Copper Consultancy’s executive director, John Twitchen, looks at politics and policy – acceptance and acceptability, and asks where are the distinctions?
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Ask eight people for their views on the title of this article, and you’ll get eight different answers. I know, because I did. What I won’t do is relay the myriad of answers, but it does serve to make a point.
The role of politics and policy in this industry, and in particular the acceptance and acceptability of policy and infrastructure proposals, is something which is hotly debated and confusing at the same time. You might think you have clear policy: sound, evidence-based, practical, deliverable… common sense, even. But that policy has behind it politics – and not just politicians.
Only recently, I was at a Parliamentary event and industry representatives were playing politics with policy, tying themselves up in knots in the process. It was fun to watch, but also disappointing. And they had completely missed the public acceptability point – the impact and imposition on people.
Policy is what a Government is aiming to deliver, whereas politics is the art of forming and enacting policy, winning control and staying in control of Government. Or undermining it for political ends. But should policy be “above politics”? The consensus is that some is and more should be – it should be a catalyst for mass engagement, ahead of the curve, change for the greater good, rather than for the sake of it.
The Isle of Grain LNG terminal unites by providing a facility of significant national importance, operating above global political issues, supporting UK energy security. At a local level, heat networks offer the same sort of potential. It’s worth reflecting on this. But what about acceptance and acceptability?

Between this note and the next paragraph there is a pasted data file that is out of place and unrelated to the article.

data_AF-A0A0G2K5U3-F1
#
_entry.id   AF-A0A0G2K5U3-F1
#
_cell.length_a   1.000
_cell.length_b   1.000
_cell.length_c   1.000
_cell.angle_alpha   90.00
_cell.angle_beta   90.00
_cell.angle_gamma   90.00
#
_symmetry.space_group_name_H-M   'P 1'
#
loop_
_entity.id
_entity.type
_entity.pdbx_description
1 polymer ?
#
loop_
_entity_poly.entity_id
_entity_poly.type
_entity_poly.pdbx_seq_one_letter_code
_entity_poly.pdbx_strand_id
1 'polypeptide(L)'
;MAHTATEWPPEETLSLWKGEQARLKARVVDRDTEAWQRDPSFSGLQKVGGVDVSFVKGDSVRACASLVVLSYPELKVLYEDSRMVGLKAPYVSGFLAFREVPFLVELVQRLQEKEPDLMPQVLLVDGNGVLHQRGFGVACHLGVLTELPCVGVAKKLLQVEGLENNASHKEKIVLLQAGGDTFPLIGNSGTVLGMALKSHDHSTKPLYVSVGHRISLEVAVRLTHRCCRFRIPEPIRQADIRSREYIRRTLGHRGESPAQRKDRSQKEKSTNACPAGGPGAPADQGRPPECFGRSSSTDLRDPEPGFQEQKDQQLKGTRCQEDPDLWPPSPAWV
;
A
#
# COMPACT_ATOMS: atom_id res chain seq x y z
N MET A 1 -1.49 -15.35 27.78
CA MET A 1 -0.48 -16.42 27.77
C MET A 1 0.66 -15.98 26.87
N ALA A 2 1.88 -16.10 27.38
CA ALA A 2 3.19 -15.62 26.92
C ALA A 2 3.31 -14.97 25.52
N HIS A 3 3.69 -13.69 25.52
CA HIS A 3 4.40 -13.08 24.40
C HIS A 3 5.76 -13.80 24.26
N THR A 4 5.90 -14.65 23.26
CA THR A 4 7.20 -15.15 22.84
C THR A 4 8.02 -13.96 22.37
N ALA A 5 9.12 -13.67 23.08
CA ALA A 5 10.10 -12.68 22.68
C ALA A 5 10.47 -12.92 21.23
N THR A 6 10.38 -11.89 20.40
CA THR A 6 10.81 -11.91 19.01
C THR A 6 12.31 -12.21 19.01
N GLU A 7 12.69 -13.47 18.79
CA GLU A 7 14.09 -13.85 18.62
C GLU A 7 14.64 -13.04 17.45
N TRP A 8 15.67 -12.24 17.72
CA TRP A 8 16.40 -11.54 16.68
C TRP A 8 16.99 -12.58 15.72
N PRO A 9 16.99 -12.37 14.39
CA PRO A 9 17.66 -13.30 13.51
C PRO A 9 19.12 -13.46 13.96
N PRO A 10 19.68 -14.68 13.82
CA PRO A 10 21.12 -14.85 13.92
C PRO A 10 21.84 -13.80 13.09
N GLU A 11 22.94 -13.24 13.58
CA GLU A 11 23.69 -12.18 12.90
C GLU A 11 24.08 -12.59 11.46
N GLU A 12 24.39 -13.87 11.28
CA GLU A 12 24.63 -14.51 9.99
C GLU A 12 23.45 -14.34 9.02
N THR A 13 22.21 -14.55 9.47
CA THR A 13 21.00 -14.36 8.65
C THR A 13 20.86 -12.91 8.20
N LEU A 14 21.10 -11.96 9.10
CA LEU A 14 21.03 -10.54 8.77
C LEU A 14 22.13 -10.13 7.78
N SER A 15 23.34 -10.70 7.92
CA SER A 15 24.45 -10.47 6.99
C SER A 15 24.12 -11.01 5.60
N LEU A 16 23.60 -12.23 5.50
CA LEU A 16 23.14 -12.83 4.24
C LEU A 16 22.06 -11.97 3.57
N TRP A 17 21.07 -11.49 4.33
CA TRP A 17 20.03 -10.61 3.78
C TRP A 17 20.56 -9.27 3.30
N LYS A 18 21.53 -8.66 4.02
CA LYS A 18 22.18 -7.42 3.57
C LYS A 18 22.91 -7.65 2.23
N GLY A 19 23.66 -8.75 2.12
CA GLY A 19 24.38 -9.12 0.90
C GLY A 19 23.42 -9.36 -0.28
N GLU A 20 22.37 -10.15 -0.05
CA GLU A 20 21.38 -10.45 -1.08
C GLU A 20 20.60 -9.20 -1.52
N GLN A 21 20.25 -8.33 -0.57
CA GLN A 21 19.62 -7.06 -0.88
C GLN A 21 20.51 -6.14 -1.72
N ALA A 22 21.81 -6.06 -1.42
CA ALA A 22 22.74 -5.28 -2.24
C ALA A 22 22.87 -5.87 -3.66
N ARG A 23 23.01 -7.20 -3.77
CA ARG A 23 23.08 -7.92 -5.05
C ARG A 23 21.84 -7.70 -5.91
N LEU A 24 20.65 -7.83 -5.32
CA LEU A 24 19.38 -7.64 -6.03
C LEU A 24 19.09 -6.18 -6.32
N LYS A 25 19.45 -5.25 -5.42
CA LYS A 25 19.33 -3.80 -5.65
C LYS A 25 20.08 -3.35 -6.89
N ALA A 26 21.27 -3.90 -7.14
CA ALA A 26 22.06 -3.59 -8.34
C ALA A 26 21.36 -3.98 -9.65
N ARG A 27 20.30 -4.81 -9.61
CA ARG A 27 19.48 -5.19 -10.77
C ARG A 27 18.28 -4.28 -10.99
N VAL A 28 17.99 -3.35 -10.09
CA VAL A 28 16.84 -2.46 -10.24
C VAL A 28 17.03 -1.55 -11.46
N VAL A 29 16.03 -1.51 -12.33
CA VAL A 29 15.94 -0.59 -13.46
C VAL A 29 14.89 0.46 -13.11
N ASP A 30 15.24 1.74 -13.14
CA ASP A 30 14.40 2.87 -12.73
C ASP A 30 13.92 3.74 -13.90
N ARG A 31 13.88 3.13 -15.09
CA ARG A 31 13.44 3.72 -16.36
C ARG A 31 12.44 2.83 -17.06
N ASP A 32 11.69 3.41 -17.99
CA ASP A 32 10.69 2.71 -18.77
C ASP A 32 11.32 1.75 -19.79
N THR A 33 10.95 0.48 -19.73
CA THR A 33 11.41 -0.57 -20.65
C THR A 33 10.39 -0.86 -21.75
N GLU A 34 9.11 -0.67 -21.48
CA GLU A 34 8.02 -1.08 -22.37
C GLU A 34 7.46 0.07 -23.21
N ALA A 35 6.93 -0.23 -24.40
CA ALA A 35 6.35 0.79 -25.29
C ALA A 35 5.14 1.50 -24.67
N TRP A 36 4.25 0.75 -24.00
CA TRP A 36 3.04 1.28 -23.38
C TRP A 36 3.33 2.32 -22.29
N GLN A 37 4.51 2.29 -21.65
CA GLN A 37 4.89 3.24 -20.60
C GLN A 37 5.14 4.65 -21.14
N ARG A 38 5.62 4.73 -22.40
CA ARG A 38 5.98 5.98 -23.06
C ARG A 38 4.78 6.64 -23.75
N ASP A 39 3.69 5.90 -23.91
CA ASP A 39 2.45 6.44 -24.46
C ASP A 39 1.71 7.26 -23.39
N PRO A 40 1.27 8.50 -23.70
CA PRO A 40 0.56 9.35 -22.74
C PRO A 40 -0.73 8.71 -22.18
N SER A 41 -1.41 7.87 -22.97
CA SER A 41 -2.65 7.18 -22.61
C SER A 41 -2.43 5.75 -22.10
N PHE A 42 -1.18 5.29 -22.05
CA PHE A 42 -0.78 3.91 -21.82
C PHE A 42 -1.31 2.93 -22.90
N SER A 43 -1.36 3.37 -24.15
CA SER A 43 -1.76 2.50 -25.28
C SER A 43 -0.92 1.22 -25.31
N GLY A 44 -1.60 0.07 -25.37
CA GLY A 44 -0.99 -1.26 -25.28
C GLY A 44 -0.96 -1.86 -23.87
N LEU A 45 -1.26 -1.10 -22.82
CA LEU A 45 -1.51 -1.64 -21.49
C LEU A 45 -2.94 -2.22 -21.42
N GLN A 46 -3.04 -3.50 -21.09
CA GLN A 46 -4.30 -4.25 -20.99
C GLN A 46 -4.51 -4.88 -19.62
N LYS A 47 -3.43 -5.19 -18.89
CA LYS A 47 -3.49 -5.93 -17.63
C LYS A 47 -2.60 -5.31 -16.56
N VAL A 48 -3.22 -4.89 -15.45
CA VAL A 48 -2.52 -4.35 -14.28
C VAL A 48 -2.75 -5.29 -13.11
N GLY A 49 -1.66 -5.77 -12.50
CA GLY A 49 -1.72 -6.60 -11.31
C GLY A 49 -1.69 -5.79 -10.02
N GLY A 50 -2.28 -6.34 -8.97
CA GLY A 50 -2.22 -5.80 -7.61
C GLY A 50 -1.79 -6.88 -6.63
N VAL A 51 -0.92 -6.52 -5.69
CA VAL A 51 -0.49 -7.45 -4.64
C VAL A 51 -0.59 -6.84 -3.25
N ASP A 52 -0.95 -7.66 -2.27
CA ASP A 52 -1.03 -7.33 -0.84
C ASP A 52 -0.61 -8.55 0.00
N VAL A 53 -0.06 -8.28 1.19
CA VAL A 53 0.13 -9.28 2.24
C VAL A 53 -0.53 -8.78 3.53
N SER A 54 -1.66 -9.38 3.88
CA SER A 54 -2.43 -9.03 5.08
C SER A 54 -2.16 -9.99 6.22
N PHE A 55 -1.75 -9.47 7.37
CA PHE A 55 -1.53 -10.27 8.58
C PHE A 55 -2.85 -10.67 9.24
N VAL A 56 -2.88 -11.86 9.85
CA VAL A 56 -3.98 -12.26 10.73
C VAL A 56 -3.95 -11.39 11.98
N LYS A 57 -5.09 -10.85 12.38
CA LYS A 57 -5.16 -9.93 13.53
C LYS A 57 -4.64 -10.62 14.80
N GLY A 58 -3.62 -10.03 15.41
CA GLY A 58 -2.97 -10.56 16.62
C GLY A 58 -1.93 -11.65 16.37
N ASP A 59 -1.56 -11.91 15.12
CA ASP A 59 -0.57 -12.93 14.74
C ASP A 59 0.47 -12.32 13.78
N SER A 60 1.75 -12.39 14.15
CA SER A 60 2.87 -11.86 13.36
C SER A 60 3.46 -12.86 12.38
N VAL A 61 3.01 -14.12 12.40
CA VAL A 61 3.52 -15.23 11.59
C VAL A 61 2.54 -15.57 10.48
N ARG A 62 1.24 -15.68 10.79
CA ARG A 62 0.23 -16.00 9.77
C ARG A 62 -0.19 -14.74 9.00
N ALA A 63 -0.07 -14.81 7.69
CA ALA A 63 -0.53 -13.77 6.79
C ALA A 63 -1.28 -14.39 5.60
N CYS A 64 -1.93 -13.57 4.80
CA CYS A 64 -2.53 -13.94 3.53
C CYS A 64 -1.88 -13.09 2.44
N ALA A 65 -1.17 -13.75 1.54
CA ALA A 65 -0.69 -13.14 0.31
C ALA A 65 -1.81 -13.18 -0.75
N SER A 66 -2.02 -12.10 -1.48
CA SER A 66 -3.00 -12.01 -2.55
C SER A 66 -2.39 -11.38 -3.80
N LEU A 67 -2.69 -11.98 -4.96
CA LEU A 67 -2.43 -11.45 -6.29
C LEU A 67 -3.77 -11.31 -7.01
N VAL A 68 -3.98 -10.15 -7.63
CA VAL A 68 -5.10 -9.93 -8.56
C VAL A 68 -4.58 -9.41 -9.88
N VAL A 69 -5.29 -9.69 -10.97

Acceptance implies a grudging admission that, although something may not be ideal, it’s probably the best compromise available. Perhaps this is unfair – it is a process, often of education, occasionally negotiation. Acceptance of the need for something is critical when it comes to infrastructure development, but making the end result acceptable is also key.
Acceptability is all about making the best (or best available) acceptable to the greatest number of people. It will have benefited from reasoned discussion, which in turn implies that it has been well thought-through and well argued. That’s where the people bit comes into the equation.
John Twitchen – “Time after time, I’m asked what makes a good project or policy, in terms of public acceptability. My answer? Common sense, leadership… and people.”
Utopia? No. Logical? Yes. It takes time, it takes confidence, but acceptability really should be a key performance indicator of policy. Crossrail presents a good example – Crossrail 1 isn’t even open yet, but there is already a clear and growing consensus that Crossrail 2 is needed, will bring major benefits, and will happen. It looks like it’s going to pass the “acceptability test” with flying colours – the key is to ensure that any issues are addressed, and the widest possible constituency is on board… so to speak.
Will Crossrail 2 be derailed? I don’t think so. Will it succumb to politics? Again, I think not – only the positive, advocacy sort. Will it need policy? You could almost argue no! It’s got such momentum, it is driving policy. This is where product stewardship and eco-design should be.
Time after time, I’m asked what makes a good project or policy, in terms of public acceptability. My answer? Common sense, leadership… and people. Making a good case for a good idea should be the easiest thing in the world…
John Twitchen is executive director at Copper Consultancy, a specialist infrastructure communications and community relations consultancy. John is also co-chair of the Consultation Institute and sits on the CIWM’s communications committee and will be speaking at the upcoming CWM & ESA Conference on 18-19 June 2014 at The Royal College of Surgeons in London.